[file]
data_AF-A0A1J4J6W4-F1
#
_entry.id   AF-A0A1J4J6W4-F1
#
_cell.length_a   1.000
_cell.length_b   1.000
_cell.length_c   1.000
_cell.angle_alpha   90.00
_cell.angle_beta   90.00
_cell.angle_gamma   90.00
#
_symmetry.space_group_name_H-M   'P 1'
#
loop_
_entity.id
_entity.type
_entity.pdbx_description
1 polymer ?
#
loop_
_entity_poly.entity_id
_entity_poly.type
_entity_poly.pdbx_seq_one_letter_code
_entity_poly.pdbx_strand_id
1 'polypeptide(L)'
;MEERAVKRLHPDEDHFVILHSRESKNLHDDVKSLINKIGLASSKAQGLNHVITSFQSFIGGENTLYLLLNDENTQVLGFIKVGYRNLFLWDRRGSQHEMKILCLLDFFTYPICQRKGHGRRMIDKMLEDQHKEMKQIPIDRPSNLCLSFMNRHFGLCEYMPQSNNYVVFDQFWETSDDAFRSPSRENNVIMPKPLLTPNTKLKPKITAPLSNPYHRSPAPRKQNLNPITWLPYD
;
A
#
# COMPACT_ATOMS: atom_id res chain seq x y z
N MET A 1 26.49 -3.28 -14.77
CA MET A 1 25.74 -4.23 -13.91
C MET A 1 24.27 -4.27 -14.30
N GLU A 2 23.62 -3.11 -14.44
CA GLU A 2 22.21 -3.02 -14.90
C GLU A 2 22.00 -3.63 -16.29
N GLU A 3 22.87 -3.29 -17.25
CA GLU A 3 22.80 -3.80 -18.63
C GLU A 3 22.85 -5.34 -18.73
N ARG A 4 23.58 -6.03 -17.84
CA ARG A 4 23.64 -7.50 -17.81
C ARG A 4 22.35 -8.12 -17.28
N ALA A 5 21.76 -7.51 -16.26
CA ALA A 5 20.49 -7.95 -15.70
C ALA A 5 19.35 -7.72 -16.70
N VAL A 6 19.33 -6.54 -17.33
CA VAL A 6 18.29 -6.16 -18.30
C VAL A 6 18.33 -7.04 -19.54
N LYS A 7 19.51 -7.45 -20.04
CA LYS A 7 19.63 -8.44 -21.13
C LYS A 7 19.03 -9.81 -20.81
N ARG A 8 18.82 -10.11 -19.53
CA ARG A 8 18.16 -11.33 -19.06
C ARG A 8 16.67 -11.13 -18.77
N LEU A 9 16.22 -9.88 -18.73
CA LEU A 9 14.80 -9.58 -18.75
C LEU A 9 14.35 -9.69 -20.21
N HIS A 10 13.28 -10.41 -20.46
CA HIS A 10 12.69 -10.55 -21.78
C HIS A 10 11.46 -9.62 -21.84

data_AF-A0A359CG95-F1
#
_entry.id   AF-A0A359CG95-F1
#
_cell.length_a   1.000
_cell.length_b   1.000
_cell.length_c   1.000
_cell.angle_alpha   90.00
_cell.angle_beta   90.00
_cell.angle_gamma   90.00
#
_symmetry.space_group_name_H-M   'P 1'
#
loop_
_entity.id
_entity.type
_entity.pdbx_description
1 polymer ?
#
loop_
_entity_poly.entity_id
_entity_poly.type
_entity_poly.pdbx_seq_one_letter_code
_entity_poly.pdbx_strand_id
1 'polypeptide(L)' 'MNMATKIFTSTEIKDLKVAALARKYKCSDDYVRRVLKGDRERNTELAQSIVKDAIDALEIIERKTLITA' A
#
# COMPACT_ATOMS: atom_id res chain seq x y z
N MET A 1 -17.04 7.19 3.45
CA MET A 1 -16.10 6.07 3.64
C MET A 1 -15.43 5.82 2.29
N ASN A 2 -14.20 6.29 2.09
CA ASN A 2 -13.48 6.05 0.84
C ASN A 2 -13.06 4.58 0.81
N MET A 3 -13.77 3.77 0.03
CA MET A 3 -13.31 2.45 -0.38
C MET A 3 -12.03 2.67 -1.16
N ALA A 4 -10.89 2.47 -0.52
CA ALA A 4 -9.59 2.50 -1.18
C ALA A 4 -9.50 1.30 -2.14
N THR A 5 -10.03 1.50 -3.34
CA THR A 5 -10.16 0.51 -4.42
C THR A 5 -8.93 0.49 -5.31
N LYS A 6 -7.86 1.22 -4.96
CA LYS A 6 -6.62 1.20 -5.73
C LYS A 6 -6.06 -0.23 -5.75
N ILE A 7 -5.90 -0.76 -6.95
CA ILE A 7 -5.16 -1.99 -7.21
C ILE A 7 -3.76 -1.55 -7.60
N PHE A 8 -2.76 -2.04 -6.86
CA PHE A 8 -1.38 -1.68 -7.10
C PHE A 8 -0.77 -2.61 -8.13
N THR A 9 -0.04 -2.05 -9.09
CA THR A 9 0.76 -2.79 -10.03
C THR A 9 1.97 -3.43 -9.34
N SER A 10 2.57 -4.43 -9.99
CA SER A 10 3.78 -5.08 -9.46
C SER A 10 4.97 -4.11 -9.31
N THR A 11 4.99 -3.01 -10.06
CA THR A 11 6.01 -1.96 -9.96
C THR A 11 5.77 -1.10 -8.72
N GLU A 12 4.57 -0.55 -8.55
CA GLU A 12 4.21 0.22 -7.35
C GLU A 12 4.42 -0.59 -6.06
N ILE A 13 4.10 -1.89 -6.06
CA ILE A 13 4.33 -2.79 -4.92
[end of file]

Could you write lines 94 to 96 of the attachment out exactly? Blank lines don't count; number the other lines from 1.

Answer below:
N MET A 3 -13.77 3.77 0.03
CA MET A 3 -13.31 2.45 -0.38
C MET A 3 -12.03 2.67 -1.16